While this is the special duty of the ministers of the gospel, 1 Tim 6:2; 2 Tim 4:2; Tit 2:6,15, it is also the duty of all the members of the churches -and a most important, but much neglected duty. This does not refer to public exhortation, which more appropriately pertains to the ministers of the gospel, but to that private watch and care which the individual members of the church should have over one another. But in what cases is such exhortation proper? What rules should regulate it? I answer, It may be regarded as a duty, or is to be performed in such cases as the following:-
1. Intimate friends in the church should exhort and counsel one another; should admonish each other of their faults; and should aid one another in the divine life.
2. Parents should do the same thing to their children. They are placed particularly under their watch and care. A pastor cannot often see the members of his flock in private; and a parent may greatly aid him in his work by watching over the members of their families who are connected with the church.
3. Sabbath school teachers may aid much in this duty. They are to be assistants to parents and to pastors. They often have under their care youthful members of the churches. They have an opportunity of knowing their state of mind, their temptations, and their dangers, better than the pastor can have. It should be theirs, therefore, to exhort them to a holy life.
4. The aged should exhort the young. Every aged Christian may thus do much for the promotion of religion. His experience is the property of the church; and he is bound so to employ it, as to be useful in aiding the feeble, reclaiming the wandering, recovering the backslider, and directing the inquiring. There is a vast amount of spiritual capital of this kind in the church that is unemployed, and that might be made eminently useful in helping others to heaven.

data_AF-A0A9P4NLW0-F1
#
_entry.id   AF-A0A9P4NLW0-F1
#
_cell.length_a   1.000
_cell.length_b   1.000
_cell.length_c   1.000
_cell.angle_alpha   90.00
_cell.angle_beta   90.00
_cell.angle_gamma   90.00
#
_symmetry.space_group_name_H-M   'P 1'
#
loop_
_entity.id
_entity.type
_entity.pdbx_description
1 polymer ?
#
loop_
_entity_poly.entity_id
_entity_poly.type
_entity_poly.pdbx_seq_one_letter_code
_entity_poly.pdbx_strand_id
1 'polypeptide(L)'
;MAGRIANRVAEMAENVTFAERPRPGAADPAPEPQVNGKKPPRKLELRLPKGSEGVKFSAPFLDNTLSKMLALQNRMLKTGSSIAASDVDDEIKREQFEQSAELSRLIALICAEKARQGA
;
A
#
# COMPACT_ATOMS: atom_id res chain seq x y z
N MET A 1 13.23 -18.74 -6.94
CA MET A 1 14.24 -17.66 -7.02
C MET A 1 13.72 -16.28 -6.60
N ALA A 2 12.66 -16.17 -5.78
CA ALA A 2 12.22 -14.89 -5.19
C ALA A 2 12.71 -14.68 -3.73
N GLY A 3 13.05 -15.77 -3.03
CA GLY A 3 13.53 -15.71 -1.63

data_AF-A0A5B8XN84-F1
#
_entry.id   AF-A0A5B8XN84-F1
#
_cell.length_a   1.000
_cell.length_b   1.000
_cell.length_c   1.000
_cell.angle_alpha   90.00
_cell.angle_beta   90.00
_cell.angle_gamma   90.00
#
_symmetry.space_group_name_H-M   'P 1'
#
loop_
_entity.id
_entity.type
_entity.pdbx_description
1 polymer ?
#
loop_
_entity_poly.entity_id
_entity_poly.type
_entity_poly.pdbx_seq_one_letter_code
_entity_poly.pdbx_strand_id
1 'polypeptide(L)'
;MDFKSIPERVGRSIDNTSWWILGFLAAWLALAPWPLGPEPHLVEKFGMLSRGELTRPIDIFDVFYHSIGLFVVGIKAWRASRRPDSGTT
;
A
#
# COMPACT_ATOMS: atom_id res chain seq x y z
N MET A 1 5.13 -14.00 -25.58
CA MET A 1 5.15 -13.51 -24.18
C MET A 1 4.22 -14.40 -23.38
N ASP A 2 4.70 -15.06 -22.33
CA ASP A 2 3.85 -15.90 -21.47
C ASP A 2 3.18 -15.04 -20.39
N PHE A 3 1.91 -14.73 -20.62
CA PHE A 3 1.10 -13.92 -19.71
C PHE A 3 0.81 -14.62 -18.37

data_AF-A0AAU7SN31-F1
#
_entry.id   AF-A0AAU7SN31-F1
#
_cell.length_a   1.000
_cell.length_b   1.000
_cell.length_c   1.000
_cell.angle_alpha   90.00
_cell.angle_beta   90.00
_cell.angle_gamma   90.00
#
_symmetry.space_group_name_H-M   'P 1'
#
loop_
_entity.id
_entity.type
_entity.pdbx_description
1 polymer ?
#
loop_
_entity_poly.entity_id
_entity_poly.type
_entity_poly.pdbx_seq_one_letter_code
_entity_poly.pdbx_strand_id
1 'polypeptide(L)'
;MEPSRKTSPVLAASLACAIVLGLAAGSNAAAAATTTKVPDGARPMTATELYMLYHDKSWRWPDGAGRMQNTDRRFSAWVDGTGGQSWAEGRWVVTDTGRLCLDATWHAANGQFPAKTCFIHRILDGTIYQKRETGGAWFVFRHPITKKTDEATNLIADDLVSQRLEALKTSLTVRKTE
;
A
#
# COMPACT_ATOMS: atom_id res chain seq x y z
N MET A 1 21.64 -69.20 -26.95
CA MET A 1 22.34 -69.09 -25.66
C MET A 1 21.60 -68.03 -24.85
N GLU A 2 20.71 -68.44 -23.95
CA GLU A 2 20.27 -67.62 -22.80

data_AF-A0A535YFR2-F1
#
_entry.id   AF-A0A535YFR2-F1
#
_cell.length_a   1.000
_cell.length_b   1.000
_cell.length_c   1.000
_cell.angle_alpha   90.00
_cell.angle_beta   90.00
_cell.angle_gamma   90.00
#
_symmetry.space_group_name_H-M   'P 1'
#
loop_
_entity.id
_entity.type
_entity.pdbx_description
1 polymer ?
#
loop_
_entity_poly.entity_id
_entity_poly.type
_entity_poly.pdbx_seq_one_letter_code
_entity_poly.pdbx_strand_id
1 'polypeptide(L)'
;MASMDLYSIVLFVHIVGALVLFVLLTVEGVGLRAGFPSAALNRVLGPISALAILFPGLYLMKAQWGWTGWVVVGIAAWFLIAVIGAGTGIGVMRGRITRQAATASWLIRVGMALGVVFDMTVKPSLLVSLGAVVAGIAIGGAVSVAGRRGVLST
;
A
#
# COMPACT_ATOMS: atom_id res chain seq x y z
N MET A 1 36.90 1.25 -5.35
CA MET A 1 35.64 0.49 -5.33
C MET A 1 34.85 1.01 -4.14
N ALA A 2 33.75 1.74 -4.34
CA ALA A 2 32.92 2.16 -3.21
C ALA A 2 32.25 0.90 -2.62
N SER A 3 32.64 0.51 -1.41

5. Church members should exhort one another. There may not be the intimacy of personal friendship among all the members of a large church, but still the connexion between them should be regarded as sufficiently tender and confidential to make it proper for any one to admonish a brother who goes astray. They belong to the same communion. They sit down at the same Supper of the Lord. They express their assent to the same articles of faith. They are regarded by the community as united. Each member sustains a portion of the honour and the responsibility of the whole; and each member should feel that he has a right, and that it is his duty, to admonish a brother if he goes astray. Yet this duty is greatly neglected. In what church is it performed! How often do church-members see a fellow-member go astray, without any exhortation or admonition! How often do they hear reports of the inconsistent lives of other members, and perhaps contribute to the circulation of these reports themselves, without any pains taken to inquire whether they are true! How often do the poor fear the rich members of the church, or the rich despise the poor, and see each other live in sin, without any attempt to entreat or save them! I would not have the courtesies of life violated. I would not have any assume a dogmatical or dictatorial air. I would have no one step out of his proper sphere of life. But the principle which I would lay down is, that the fact of church-membership should inspire such confidence, as to make it proper for one member to exhort another whom he sees going astray. Belonging to the same family; having the same interest in religion; and all suffering when one suffers, why should they not be allowed tenderly and kindly to exhort one another to a holy life?’ (Barnes)